Hudson's Bay sells Lord & Taylor for $ 100 million to the clothing rental subscription service Le Tote.
The deal announced Wednesday will allow the department store chain to continue operations. The New York flagship store on Fifth Avenue and other stores closed earlier this year.
Hudson's Bay Will Receive $ 99.5 Million ($ 75 Million) in Cash and $ 33.2 Million ($ 25 Million) Secured Notes Upon Settlement paid) is payable in cash after two years. Hudson's Bay will also receive a stake in Le Tote, two seats on the board and certain minority shareholder rights.
HBC shares rose 1.5% on the Toronto Stock Exchange.
"We are pleased to have reached an agreement with Le Tote to create a new model for Lord + Taylor that combines fashion leasing subscriptions with traditional retail," said Helena Foulkes, CEO of Hudson's Bay. "Following a thorough exploration of strategic alternatives, Le Tote's leadership and innovative approach is the best way for Lord + Taylor, its loyal customers and dedicated employees, and for HBC, this transaction builds on our previous bold actions and enables us to continue on the basics to concentrate." Our biggest opportunities are Saks Fifth Avenue and Hudson's Bay. "
Under the terms of the agreement, Le Tote will acquire the brand and intellectual property of Lord & Taylor and operate 38 stores, its digital channels and its inventory.
The Company Also From 2021
Over the past two years For years, Hudson's Bay has taken a series of steps to disband the president-assembled empire, Richard Baker, through deals including the sale of Gilt's Flash outlets and the European department store Galeria Kaufhof, Hudson's Bay met in 2017 with Work Property Advisors and Rhone Capital, the flagship of the Lord & Taylor building in New York Later she left the property completely.
Baker, together with a group of shareholders that together own 57% of the company, including Rhone Capital and WeWork Property Advisors, filed an offer earlier this year to take the company privately.  The fact that Le Tote, which was founded as a start-up in 2012, was able to grab the long-standing department store chain, speaks for how far department stores have fallen. Lord & Taylor's presence dropped from 50 to 45 department stores a year ago on 2 February.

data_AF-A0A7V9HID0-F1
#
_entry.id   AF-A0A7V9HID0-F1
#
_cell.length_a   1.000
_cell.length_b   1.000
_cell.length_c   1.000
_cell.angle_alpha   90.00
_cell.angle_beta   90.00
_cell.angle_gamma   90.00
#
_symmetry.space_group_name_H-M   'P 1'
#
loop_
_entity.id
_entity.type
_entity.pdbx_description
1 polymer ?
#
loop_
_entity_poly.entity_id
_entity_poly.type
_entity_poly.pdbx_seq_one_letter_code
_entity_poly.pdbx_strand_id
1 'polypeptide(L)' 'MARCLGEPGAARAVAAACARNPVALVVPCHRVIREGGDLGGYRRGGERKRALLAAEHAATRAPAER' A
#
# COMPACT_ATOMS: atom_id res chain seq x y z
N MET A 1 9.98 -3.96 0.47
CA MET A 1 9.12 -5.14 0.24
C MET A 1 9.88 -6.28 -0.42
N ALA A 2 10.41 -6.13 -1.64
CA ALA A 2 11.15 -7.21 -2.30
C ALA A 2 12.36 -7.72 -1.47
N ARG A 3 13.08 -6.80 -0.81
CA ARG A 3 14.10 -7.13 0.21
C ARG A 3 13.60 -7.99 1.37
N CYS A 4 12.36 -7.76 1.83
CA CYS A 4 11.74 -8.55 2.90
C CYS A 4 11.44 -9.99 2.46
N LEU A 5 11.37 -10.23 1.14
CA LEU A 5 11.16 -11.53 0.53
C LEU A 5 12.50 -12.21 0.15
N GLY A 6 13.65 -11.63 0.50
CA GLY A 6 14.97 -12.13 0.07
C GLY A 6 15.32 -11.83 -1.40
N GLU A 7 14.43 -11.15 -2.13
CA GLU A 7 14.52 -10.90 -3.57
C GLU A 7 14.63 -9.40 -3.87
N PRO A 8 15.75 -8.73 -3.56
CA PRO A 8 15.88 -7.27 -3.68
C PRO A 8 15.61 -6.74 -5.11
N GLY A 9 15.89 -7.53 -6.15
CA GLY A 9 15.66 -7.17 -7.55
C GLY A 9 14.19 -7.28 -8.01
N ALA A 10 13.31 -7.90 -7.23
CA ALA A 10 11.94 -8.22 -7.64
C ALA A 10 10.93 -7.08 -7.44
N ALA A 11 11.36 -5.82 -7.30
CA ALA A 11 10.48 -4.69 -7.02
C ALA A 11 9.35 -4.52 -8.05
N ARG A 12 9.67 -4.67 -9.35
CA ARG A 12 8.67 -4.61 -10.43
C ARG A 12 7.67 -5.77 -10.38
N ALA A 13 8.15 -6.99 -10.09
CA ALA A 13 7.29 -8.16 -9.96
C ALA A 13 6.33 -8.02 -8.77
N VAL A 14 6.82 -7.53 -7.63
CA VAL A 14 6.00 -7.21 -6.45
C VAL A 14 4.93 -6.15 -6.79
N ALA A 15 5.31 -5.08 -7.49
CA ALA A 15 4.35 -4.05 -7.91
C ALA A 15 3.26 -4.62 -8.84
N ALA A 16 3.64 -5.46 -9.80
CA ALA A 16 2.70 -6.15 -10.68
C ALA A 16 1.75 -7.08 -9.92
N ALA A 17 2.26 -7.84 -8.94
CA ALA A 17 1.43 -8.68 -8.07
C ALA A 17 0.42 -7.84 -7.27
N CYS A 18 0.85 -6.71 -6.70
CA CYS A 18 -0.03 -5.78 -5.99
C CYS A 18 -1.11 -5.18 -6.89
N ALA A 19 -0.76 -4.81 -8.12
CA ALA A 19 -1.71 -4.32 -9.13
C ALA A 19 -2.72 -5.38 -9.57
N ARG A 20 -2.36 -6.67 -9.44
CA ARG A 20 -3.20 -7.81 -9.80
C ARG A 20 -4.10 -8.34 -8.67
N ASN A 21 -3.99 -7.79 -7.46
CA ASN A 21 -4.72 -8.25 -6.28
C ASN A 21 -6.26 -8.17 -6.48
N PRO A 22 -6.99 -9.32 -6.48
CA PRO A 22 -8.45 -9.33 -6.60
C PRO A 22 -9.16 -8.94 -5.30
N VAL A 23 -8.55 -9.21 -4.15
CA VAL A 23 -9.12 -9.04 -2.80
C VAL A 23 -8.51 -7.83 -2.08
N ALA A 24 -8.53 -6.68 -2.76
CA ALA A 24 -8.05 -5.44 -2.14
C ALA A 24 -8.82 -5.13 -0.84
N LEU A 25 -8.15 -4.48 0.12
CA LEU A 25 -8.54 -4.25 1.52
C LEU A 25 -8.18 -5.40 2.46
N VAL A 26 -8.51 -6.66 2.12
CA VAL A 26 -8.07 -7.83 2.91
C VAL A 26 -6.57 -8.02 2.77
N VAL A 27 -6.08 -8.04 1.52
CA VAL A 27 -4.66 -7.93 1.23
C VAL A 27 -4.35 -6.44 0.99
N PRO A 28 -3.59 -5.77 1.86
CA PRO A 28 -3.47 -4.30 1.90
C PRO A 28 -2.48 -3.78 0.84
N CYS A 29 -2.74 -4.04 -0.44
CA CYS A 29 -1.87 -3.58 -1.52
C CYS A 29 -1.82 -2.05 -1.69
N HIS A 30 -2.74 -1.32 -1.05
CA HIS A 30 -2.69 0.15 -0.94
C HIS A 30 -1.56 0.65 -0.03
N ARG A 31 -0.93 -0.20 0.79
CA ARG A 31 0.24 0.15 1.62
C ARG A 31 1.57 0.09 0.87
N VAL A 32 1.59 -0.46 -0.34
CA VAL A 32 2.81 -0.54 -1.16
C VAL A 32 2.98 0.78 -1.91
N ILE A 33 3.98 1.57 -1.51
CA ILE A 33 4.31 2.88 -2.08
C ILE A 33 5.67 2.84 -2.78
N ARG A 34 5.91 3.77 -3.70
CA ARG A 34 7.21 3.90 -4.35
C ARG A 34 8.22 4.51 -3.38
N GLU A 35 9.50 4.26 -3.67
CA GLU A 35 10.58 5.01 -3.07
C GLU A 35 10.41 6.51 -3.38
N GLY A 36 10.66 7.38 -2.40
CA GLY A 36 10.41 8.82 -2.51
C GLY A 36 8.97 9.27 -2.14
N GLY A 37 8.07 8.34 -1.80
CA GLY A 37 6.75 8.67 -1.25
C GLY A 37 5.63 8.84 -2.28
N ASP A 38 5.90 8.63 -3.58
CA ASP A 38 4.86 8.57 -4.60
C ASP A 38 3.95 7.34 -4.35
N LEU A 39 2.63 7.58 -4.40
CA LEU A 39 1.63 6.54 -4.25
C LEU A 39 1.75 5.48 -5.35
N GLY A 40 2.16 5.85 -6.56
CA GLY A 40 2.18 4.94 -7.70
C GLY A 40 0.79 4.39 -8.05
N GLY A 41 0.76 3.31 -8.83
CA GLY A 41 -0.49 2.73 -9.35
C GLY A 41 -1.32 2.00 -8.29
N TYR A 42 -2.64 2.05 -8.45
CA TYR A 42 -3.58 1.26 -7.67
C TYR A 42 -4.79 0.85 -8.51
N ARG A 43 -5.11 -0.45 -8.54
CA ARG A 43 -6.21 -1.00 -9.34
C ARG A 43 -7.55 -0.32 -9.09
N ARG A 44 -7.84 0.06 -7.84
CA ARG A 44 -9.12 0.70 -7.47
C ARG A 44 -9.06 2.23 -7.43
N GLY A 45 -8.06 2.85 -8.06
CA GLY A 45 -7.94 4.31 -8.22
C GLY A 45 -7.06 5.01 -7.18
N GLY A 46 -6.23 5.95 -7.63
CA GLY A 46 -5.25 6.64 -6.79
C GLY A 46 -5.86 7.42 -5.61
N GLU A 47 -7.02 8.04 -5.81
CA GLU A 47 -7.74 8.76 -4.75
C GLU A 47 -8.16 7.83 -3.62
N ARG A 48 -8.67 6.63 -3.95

Department stores as a sector struggled to increase sales, as falling pedestrian traffic in shopping centers hurts chains. Earlier this month, the luxury chain Barneys New York filed for bankruptcy, and J.C. Penney announced that it is working with restructuring advisors to reduce its debt.
Le Tote lets subscribers rent clothing for $ 79 a month. The deal is also a sign that Le Tote is looking for physical stores to strengthen its presence and pay more attention to consumers.
Hudson's Bay and the joint venture in which it is involved, HBS Global Properties, retain ownership of all property and leased property from Lord & Taylor as part of the deal. Hudson's Bay expects to pay an annual cash rent of approximately $ 77 million ($ 58 million) for these properties after deducting distributions during the first three years of the agreement.
Le Tote is still in the financing phase For the deal, the companies said. If it is not possible to receive a promised financing within 45 days of signing, Hudson's Bay has the right to terminate the contract.
For fiscal year 2018, Lord & Taylor generated $ 1.4 billion, or approximately 14%, of Hudson's Bay's retail sales of $ 9.4 billion. Hudson's Bay has a market value of $ 1.8 billion ($ 1.35 billion).
The company claimed to retain PJ Solomon as financial advisor for the consideration of the sale of Lord & Taylor.
Retailers like Gap's Banana Republic and Urban Outfitters have recently gotten into the rental of clothing. According to a report by data analyst firm GlobalData, the rental subscription market was estimated at around $ 1 billion in 2018 and is expected to grow at more than 20% per year, reaching $ 2.5 billion by 2023.